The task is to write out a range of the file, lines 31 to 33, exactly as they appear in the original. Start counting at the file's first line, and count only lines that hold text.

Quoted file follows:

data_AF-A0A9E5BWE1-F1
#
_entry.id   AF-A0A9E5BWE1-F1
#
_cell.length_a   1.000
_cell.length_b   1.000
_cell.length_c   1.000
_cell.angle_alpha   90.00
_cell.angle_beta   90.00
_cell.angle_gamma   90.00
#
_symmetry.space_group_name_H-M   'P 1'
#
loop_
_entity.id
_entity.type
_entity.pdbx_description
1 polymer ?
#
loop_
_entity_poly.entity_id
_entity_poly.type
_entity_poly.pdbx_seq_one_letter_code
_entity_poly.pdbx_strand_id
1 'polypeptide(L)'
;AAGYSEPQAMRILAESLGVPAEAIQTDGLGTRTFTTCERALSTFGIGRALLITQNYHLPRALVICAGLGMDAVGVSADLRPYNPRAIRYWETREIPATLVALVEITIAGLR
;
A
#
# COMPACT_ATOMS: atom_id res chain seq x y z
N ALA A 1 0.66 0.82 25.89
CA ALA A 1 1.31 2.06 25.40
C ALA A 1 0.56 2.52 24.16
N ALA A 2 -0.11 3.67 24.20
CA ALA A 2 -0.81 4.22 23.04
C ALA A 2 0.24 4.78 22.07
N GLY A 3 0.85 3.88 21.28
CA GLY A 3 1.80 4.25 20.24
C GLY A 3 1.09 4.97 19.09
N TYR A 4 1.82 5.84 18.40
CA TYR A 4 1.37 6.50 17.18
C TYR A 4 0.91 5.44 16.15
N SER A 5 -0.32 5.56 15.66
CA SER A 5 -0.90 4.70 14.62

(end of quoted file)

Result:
N ALA A 1 0.66 0.82 25.89
CA ALA A 1 1.31 2.06 25.40
C ALA A 1 0.56 2.52 24.16